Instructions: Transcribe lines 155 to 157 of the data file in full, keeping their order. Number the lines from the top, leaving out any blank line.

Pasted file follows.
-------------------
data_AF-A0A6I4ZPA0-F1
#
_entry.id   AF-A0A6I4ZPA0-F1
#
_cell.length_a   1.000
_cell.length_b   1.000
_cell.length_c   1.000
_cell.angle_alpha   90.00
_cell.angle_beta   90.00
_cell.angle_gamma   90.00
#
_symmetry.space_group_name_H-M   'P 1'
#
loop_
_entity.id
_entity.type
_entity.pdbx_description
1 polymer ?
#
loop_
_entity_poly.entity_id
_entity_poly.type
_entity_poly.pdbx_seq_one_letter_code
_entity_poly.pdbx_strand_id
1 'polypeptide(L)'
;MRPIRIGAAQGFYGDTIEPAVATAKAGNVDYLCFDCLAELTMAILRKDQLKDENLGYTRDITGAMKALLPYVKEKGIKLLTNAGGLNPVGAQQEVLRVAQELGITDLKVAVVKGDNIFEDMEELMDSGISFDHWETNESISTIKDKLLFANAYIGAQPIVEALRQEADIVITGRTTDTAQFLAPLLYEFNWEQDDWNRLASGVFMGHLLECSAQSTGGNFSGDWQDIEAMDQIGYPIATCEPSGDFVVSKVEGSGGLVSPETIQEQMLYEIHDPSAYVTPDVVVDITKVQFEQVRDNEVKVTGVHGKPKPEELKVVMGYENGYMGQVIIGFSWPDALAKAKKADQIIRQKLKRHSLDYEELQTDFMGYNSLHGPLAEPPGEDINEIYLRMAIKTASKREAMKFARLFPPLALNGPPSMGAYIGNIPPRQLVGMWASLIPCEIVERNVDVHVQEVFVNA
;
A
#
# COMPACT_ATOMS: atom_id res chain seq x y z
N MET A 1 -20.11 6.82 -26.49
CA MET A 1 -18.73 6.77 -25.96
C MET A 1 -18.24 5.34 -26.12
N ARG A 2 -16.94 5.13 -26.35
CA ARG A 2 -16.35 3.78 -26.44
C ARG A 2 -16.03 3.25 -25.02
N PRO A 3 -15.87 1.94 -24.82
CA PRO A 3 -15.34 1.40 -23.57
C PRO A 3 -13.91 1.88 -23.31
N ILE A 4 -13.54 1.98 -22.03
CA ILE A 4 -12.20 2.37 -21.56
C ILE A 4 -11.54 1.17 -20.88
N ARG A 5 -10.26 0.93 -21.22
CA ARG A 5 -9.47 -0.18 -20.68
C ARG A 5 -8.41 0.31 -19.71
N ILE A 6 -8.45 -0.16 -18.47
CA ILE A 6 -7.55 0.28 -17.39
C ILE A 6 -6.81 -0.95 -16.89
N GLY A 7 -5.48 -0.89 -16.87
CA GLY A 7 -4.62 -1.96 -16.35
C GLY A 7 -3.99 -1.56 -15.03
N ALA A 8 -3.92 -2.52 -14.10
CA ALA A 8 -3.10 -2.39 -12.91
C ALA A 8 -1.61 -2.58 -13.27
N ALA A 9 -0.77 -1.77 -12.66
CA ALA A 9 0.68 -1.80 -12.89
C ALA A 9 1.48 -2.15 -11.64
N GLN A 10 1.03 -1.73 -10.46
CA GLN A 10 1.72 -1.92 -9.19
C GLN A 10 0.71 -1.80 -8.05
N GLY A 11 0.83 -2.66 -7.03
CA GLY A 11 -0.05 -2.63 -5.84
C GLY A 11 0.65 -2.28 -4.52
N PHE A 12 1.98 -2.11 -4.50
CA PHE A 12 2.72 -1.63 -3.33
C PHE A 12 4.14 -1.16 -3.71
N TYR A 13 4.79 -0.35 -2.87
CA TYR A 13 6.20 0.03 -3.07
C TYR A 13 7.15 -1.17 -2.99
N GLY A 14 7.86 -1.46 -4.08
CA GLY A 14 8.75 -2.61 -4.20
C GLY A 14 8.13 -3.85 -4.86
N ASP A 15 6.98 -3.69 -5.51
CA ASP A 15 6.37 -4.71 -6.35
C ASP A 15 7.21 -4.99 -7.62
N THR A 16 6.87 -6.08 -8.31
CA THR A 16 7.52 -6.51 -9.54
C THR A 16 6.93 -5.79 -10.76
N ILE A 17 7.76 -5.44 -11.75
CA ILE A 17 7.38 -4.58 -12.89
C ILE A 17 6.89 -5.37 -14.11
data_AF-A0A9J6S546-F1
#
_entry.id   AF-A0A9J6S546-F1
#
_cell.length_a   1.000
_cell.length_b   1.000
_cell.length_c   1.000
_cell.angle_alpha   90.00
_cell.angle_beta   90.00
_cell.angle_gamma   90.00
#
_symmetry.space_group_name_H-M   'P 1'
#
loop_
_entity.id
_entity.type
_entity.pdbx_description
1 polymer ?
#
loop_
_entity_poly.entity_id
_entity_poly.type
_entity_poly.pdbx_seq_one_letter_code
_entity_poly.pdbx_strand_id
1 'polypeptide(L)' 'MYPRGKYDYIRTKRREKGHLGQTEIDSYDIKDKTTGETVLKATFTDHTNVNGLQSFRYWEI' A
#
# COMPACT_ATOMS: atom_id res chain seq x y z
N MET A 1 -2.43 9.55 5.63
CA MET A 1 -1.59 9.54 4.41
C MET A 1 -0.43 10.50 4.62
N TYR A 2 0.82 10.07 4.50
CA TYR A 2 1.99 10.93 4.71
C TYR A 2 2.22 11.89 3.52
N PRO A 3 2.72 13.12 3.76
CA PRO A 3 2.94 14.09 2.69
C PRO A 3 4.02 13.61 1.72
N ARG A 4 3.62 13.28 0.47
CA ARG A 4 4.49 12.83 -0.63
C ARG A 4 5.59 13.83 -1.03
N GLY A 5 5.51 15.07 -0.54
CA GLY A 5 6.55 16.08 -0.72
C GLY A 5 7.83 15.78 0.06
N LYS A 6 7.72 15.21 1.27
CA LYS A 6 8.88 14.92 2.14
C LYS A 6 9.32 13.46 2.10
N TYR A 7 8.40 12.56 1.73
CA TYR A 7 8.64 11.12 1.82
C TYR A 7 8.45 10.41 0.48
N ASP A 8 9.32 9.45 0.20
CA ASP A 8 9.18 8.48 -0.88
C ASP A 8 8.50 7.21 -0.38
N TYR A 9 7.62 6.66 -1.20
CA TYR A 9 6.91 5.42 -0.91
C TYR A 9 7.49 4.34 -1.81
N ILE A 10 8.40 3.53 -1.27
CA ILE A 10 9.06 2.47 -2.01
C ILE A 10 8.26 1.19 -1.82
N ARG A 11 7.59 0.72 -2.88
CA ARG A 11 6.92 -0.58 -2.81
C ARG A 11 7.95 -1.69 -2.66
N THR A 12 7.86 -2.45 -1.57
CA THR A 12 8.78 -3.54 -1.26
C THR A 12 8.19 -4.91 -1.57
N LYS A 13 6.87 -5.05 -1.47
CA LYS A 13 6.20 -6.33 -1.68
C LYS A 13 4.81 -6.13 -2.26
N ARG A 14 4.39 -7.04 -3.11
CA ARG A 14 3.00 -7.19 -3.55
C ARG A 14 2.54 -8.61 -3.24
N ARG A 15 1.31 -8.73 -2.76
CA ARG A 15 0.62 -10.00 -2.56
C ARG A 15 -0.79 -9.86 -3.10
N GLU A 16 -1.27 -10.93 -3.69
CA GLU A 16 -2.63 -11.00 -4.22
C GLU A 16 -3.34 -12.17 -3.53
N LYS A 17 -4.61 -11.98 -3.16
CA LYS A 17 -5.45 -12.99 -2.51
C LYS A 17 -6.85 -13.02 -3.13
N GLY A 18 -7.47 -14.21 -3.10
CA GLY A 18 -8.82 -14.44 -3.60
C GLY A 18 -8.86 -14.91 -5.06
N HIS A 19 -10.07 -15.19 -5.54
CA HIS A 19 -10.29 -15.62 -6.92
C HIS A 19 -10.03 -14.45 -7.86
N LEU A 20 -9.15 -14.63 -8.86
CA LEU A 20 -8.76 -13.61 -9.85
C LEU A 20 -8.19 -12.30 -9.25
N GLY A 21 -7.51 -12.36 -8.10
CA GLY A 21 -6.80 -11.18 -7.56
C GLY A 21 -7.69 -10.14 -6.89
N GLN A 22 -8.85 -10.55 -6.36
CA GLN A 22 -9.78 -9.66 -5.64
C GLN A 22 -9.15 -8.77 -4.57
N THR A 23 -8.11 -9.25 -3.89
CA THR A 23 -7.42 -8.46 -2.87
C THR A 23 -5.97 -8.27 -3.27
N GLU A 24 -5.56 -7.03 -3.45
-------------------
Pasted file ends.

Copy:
CA GLU A 16 -2.63 -11.00 -4.22
C GLU A 16 -3.34 -12.17 -3.53
N LYS A 17 -4.61 -11.98 -3.16